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BY LORI C. MELTON
University of Minnesota Duluth student Sam Knuth was having a hard time getting enough H2O. With no drinking fountain on his residence hall floor, he had to fill his water bottle in the dorm's bathroom sink. The faucet was short, his bottle was tall. Sam actually had to bend his water bottle to squeeze it under the faucet, making it a crumpled mess. Not to mention, he was a little freaked out by whatever germs could be making contact with his water bottle. "I was like, 'This is so dumb. Let's do something about this.'"
Meanwhile, on the other side of campus, Judy Breuer, a community health major in the College of Education and Human Service Professions, was conducting a survey to see how much water students were drinking. A member of UMD's Student Health Advisory Committee, Judy found that many students living in the dorms were either not drinking water or were buying bottled water. Survey participants sited a lack of water fountains as the reason. They explained that, like Sam, they either couldn't fit their water bottle under the bathroom faucets or they were dissuaded by the idea of filling it up from the same sink in which people were washing their hands. "There was a lot of concern about them not being able to fill their water bottles or being concerned that it's not sanitary," explains Judy.
One day Sam happened to overhear Judy talking about her survey. It was like chocolate meeting peanut butter in the old Reese's Peanut Butter Cup commercials. Sam anecdotally saw the need, Judy qualified that need with her survey. Says Sam, "This is something that bridges the divide. The issue's right there, it needs to be solved for everybody who lives in the dorms."
Sam, a marketing major at the Labovitz School of Business & Economics, is a member of Net Impact, a campus organization dedicated to coming up with solutions that satisfy environmental, social and economic needs. Net Impact and the Student Health Advisory Committee began researching a solution together, meeting with the departments of Sustainability, Environmental Education, Housing, and Facilities Management. "We were bringing people together from all over UMD," says Sam.
During the 2012 spring semester, the group applied for a $3,000 Mini Grant from the Institute on the Environment to fund the project. They got it. The only problem? It wasn't enough money.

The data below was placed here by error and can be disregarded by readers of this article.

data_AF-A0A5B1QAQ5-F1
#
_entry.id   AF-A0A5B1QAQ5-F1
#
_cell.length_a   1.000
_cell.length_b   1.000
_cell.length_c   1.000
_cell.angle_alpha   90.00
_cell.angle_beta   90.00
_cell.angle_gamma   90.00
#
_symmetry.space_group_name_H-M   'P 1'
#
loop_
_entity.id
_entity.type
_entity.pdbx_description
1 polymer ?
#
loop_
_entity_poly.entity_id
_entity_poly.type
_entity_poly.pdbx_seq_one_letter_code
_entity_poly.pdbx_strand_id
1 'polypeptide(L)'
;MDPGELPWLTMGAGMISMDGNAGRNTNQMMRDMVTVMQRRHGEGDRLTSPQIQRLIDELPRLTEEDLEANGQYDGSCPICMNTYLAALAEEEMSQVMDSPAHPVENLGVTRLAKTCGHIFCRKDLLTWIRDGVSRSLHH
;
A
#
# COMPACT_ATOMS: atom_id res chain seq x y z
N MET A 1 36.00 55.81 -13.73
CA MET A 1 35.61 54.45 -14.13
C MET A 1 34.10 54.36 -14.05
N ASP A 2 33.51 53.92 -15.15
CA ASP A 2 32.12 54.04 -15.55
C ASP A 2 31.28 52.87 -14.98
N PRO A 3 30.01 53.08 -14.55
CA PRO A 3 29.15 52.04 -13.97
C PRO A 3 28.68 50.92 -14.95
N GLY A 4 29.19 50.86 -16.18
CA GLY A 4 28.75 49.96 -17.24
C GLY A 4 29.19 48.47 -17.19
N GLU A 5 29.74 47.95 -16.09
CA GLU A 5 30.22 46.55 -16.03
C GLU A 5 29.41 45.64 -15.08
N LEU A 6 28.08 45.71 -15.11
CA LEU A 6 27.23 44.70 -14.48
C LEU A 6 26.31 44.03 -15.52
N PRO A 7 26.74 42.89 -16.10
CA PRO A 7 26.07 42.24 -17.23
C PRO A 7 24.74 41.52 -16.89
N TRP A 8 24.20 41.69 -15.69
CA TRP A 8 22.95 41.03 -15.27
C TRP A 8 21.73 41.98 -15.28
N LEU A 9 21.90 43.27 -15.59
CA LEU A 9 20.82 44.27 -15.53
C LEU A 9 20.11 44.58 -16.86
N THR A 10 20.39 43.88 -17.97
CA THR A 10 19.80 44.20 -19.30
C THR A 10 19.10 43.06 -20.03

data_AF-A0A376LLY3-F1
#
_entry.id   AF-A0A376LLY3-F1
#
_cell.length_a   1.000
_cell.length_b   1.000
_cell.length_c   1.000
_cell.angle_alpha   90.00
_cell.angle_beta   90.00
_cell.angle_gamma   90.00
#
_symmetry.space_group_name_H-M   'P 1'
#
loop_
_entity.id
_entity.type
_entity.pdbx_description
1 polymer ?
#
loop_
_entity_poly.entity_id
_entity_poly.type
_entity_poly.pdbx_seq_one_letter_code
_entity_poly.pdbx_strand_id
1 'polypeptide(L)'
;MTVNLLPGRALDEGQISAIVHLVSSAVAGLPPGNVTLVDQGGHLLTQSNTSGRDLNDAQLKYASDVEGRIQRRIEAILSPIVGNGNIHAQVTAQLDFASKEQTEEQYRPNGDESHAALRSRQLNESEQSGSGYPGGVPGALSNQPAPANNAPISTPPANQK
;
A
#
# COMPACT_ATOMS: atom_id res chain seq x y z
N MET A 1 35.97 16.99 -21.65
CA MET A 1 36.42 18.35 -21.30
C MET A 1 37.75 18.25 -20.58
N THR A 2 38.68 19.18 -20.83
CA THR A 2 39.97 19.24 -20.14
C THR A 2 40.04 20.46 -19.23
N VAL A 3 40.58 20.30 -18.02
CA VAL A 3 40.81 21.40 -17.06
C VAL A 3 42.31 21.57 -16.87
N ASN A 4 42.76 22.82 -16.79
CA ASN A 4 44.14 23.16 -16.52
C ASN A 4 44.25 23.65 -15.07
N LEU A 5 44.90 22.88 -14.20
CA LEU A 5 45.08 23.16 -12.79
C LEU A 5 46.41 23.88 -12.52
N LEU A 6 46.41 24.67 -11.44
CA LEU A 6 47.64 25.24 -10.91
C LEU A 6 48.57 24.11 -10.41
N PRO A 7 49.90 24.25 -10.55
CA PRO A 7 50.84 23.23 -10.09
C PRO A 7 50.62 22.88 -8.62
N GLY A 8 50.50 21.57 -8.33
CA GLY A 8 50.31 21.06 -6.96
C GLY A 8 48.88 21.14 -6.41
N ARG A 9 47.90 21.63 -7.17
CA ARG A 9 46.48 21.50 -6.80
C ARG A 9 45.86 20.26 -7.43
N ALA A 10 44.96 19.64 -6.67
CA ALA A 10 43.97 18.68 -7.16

The $3,000 grant paid for about 12 percent of the total project cost. Enter UMD Housing. Initially, Housing agreed to pay for two faucets for every one that was funded by the grant. In the end UMD Housing paid for $25,000 of the $28,000 project. "Housing and Residence Life was supportive of this project because it was a win-win opportunity for the department, for student residents and for the student members of Net Impact," says John Weiske, director of Housing and Residence Life.
Six bottle filling stations and 66 gooseneck faucets were installed. One water filling station counter registered 1,200 uses in the first week of school, an average of 171 uses a day.
Mindy Granley, director of sustainability at UMD, gives the credit to Sam, Judy and their team. "Without students bringing forward the issue and finding the money, this wouldn't have happened," she said
Sam says collaboration among multiple enitites is what made the project happen. "I give huge thanks to housing for helping explore different options for filling water bottles, to Judy Bruer for providing Net Impact with the information to put together for the grant, and to the sustainability director, Mindy Granley, for suggesting the grant to us in the first place.
"I would like to give the most thanks to my partner on the project and VP of Net Impact, Katie Earling. I wouldn't have been able to do it without her help on the writing for the proposal. I coordinated the project, but she had the great writing skills to put together an excellent grant proposal. The project has definitely been my favorite part of my college career so far. I am glad I could leave such a positive mark on the campus."
Lori C. Melton is a communications associate at the University of Minnesota Duluth. This article was adapted with permission from the original posting on the UMD homepage.
Images courtesy of UMD photographer Brett Groehler. Top: Sam Knuth and Judy Breuer; bottom: new gooseneck faucets
The opinions expressed in this blog are those of the author(s) and not necessarily
of the Institute on the Environment/University of Minnesota.